Interview Avant Arte’s Gemma Rolls-Bentley
In 2022, she also curated The Brighton Beacon Collection for Soho House’s Brighton Beach House. The largest permanent display of queer art in the UK, it features works by 50 LGBTQIA+ artists and was named in honour of Brighton’s role as a safe haven to the community. Upcoming projects will also see Rolls-Bentley work on a major institutional exhibition at Leslie Lohman Museum of Art in New York in September and her debut book on queer art, which will be published by Frances Lincoln next year.
THE WICK: Who is your ultimate Monday Muse?
Gemma Rolls-Bentley: Bette Porter. She’s a fictional curator and art dealer in the cult lesbian drama The L Word. She’s bold, strong, deeply cares about art, is always mega chic and generally an all-round lesbian icon.
TW: What is your typical Monday?
GBR: I’m working on a book about queer art due to be published in spring 2024, so I dedicate my mornings to researching and writing at the moment. It always feels like such a productive and fulfilling way to start the day. I usually have lunch with my wife and kids then I’d typically do a studio visit in the afternoon – the best bit of my job.
TW: 2022 was a big year for you. What were some of your highlights?
It really was. I won’t lie, I felt pretty exhausted by the time we got to the holidays. The first highlight has got to be the special collection that I curated for the new Soho House in Brighton. I called it the Brighton Beacon Collection because I wanted it to reflect on Brighton’s role as a beacon city for the LGBTQ+ community. I brought together 50 artists, ranging from superstars like Wolfgang Tillmans and Christina Quarles to Brighton locals and emerging artists like Jake Grewal and Nash Glynn. I didn’t expect it to get the reception it did, but I think that just highlights how much people value a collection like this and how much of a need there is for more queer representation in the world. According to The Art Newspaper, it’s the largest permanent display of queer art in the UK but I’m hoping that won’t be the case for long. Hopefully, we’ll see more public institutions stepping up to acquire work by LGBTQ+ artists.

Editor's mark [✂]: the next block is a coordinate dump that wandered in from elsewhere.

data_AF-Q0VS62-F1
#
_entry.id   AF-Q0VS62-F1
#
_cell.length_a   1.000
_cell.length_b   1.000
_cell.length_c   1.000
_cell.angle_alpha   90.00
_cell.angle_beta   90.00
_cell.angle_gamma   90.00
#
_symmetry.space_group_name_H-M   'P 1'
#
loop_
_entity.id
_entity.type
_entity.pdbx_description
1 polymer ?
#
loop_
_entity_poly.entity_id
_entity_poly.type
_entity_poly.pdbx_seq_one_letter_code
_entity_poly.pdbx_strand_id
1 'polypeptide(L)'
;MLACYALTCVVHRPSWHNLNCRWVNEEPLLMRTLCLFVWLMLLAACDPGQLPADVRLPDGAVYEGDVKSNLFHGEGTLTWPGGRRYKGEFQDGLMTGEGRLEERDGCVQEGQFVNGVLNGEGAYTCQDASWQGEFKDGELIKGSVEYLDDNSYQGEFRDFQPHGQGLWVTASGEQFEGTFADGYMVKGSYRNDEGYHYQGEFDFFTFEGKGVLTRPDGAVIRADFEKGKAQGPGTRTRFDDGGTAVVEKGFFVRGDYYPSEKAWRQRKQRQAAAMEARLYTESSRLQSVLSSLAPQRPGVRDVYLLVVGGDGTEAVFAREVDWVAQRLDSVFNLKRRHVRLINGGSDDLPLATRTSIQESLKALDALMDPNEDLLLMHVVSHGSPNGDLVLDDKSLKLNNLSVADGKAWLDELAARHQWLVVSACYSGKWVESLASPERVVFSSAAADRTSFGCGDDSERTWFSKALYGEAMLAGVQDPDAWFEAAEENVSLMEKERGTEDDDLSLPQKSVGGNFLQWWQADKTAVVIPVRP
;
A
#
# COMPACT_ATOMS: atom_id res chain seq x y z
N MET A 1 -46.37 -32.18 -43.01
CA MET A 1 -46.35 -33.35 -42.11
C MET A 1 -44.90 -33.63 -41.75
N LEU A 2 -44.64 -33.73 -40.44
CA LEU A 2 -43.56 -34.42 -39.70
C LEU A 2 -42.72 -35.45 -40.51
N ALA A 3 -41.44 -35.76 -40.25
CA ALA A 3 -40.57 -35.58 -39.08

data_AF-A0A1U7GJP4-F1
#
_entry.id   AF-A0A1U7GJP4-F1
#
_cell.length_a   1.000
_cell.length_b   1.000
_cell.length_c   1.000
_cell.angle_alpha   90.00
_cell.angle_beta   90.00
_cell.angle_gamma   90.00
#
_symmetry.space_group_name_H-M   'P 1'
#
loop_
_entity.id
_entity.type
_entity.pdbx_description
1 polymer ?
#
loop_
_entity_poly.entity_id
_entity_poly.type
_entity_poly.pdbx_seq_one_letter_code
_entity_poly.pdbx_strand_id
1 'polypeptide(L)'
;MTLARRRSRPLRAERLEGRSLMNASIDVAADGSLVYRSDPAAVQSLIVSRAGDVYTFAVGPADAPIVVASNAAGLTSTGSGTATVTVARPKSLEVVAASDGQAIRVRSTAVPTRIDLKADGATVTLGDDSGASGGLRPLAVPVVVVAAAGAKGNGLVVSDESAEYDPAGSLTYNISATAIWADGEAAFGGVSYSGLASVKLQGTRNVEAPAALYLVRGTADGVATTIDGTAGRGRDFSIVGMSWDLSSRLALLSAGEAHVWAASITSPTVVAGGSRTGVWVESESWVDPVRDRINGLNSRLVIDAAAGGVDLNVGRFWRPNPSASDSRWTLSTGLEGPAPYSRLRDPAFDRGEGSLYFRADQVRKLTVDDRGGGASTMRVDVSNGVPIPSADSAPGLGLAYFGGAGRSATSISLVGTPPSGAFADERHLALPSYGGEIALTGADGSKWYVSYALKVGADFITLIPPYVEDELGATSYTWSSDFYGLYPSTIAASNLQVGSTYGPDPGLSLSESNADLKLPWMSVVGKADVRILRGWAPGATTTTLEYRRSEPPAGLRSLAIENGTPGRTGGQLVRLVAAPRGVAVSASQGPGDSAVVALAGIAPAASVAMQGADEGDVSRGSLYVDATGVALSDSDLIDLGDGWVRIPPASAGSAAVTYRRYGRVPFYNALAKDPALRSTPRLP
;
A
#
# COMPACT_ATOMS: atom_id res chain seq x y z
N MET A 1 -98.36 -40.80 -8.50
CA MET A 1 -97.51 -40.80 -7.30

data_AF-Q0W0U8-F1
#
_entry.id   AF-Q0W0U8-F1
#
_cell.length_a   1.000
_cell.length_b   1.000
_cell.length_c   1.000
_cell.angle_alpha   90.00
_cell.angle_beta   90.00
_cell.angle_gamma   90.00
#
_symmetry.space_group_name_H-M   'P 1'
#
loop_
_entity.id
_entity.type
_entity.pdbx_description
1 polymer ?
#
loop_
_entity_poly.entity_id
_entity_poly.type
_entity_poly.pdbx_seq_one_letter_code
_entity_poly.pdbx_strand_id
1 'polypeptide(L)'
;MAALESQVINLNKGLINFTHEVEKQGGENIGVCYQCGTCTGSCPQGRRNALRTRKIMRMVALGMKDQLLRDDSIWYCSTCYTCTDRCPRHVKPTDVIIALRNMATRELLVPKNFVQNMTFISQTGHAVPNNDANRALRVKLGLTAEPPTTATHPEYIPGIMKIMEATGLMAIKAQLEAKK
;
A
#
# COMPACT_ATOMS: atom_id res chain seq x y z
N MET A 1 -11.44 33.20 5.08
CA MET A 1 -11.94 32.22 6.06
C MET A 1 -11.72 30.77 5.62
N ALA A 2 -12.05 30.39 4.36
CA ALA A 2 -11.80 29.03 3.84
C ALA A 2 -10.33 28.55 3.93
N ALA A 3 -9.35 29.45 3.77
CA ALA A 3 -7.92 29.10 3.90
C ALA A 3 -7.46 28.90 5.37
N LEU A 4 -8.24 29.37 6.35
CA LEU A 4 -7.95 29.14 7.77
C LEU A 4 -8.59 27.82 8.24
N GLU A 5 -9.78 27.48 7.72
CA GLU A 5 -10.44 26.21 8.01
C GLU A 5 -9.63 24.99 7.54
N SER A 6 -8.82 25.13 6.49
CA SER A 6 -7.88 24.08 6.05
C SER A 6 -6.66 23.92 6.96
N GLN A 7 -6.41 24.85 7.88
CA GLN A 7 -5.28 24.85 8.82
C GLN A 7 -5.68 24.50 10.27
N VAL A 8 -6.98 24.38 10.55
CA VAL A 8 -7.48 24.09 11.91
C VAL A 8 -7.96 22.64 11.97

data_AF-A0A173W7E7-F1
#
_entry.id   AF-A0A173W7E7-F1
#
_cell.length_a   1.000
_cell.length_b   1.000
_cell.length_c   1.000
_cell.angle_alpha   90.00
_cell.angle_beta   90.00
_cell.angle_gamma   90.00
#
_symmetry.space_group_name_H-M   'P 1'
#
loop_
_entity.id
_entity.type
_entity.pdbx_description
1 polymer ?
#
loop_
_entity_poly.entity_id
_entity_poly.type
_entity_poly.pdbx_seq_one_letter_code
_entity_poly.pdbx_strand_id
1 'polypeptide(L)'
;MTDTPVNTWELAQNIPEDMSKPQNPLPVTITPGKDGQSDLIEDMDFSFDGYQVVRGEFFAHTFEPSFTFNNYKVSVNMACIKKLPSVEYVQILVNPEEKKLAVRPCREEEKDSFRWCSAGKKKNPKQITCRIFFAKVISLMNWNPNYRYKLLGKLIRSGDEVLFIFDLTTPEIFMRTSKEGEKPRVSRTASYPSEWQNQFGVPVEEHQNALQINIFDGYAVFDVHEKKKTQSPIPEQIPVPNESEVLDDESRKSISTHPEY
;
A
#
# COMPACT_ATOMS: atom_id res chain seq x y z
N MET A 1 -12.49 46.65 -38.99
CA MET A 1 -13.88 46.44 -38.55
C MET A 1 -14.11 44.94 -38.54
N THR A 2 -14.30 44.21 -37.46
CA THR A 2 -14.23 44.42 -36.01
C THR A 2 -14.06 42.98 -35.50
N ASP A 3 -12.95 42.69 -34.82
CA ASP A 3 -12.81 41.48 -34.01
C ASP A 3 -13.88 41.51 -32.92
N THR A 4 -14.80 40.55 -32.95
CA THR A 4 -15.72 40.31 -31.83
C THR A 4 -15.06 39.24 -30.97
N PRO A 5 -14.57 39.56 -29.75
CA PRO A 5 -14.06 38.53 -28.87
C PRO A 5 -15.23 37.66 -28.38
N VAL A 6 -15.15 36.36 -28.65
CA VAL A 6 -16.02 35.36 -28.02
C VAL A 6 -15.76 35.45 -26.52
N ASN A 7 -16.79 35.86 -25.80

I worked really closely with Simon Lee Gallery on an exhibition by Bahamian-born, Los Angeles-based artist April Bey in September. The show I Believe in Why I’m Here was April’s first solo show in Europe and it was very special, she turned the gallery into the fictional world of Atlantica, a new planet that’s free from prejudice, that celebrates difference and where the only currency is love. April is a real star and definitely an artist to watch. We did an in conversation about the show, which you can watch online – link below.
It’s also been another big year at Avant Arte and I was particularly excited to launch our new public art programme, which really serves to deliver on the business’s mission to make art radically more accessible. We kicked off the programme with Tschabalala Self’s first-ever public sculpture, which is on view at Coal Drops Yard in London for a couple more weeks. The public sculpture is accompanied by gorgeous sculpture and print editions and a film that reflects on the act of sitting.
The other highlight I have to mention is the Tom of Finland Art & Culture Festival that I curated in London in October. It’s the first time the Foundation has staged the festival in the UK, having been running in LA for 30+ years. I don’t know anyone that doesn’t love Tom of Finland’s work (perhaps because I know so many gays), so it’s a real honour to be working with the Foundation and bringing artists I love into the Tom of Finland community. Next year’s London festival will happen in the summer and we also have activations planned in Berlin and New York – it’s going to be an exciting year.
TW: Who are the next generation of collectors and how are their collecting patterns different to the previous generation?
GRB: One of the reasons I love working with Avant Arte so much is that they’ve done an incredible job of building a huge community of 2.5 million young people that truly love art and want to invest in the future of art and artists. Avant Arte connects with these young collectors – 95% of whom are under 35 – across a variety of social channels including Instagram, TikTok and Twitter; the digital spaces where this young audience typically engages with content and culture. Social media offers a proximity to artists that has historically only been available through exclusive access, it allows collectors to get to know artists and their practice in a meaningful way and truly go on a journey with them. I see a lot of these young collectors making long-term investments in artists and collecting in depth – in many ways, it resembles old school patronage.